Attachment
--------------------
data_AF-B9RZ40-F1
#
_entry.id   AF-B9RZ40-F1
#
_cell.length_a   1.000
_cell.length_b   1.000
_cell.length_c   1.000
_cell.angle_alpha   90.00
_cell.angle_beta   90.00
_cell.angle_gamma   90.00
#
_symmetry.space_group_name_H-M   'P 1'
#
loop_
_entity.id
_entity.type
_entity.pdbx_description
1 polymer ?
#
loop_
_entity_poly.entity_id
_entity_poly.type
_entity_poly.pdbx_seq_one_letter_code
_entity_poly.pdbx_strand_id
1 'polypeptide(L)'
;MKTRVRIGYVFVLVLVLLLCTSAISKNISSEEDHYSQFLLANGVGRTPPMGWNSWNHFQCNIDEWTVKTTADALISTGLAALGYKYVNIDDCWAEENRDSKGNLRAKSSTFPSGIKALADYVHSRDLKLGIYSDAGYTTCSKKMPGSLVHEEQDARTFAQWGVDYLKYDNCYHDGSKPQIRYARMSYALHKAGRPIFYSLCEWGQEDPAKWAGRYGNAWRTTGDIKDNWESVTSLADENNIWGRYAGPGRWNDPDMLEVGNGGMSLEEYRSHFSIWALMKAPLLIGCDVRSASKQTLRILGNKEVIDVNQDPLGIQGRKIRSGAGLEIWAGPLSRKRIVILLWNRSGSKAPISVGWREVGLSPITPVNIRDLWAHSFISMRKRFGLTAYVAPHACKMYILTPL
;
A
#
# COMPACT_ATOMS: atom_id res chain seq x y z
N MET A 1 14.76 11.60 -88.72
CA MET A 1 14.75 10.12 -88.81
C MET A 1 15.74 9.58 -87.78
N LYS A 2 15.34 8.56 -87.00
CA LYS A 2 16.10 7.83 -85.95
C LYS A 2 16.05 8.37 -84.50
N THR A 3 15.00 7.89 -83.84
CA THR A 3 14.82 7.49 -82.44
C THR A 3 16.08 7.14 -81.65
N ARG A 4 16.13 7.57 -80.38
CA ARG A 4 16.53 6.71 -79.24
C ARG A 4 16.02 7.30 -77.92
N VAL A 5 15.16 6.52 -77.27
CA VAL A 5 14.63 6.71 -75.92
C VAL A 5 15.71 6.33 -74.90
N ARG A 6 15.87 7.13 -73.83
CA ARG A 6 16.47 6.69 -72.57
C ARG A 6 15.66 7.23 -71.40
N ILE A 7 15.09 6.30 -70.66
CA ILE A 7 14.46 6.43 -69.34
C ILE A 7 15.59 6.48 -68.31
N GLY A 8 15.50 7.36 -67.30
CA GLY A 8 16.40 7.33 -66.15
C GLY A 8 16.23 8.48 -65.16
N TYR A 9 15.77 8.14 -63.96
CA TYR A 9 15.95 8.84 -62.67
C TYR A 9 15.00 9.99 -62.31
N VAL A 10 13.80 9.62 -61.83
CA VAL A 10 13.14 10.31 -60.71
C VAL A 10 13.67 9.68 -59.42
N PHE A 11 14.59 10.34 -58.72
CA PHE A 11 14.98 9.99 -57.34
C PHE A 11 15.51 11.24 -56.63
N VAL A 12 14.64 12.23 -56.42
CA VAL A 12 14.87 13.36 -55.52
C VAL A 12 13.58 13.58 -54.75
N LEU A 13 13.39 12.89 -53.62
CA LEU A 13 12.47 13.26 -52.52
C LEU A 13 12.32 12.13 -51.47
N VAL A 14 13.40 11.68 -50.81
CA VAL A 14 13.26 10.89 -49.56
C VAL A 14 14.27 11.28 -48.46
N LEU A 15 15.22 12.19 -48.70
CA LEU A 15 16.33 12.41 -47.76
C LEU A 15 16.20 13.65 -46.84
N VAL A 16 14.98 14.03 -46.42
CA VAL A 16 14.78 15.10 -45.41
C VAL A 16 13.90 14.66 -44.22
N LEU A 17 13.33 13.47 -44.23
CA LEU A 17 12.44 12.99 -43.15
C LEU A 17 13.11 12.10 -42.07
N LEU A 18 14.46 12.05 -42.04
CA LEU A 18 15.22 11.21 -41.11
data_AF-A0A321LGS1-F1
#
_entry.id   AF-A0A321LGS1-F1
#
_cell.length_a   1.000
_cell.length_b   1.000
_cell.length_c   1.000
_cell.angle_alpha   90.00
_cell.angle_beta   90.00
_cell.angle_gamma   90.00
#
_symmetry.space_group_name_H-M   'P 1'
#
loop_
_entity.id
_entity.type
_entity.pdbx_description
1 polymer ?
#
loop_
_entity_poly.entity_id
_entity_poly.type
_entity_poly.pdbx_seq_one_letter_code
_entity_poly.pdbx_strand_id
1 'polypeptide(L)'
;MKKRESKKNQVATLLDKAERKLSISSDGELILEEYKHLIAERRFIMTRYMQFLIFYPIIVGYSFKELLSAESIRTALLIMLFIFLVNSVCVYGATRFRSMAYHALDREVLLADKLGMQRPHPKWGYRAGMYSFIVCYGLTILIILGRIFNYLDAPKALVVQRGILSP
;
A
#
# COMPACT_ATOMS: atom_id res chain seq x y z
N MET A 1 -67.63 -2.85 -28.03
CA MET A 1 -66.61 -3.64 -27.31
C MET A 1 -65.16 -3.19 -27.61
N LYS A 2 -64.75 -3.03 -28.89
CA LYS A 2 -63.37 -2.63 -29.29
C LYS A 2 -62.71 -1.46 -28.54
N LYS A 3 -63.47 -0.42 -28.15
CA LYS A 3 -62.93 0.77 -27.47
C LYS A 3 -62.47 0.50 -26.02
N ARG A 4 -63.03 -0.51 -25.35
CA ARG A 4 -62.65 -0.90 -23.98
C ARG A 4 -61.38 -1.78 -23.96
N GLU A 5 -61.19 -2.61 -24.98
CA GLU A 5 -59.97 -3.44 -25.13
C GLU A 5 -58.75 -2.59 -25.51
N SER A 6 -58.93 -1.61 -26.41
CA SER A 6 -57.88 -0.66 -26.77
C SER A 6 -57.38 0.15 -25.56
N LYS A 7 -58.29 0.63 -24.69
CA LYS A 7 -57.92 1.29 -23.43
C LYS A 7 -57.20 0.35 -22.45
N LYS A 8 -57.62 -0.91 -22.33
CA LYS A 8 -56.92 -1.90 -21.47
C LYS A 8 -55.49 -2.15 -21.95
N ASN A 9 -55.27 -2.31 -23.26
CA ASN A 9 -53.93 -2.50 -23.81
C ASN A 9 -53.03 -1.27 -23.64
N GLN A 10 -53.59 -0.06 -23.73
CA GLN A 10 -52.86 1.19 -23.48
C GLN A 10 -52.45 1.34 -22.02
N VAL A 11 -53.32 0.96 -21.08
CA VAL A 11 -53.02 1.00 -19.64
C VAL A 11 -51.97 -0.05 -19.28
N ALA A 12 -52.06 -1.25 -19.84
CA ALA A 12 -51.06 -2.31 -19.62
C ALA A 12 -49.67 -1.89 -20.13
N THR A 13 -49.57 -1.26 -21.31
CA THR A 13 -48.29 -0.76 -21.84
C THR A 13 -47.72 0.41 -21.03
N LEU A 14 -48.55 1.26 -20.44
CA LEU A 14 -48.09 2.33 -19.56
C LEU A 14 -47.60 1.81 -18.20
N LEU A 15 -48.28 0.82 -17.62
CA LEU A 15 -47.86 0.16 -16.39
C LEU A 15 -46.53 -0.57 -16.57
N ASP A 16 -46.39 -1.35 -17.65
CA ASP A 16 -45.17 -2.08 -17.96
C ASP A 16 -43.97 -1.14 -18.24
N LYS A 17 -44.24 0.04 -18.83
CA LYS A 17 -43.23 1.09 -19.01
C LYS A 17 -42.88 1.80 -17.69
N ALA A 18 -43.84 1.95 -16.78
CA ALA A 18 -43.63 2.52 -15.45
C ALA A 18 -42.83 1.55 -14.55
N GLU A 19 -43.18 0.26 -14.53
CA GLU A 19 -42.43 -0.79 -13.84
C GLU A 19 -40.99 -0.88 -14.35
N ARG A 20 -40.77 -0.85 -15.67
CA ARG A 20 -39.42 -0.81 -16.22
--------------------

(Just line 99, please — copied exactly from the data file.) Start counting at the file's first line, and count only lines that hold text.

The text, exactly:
_entity.type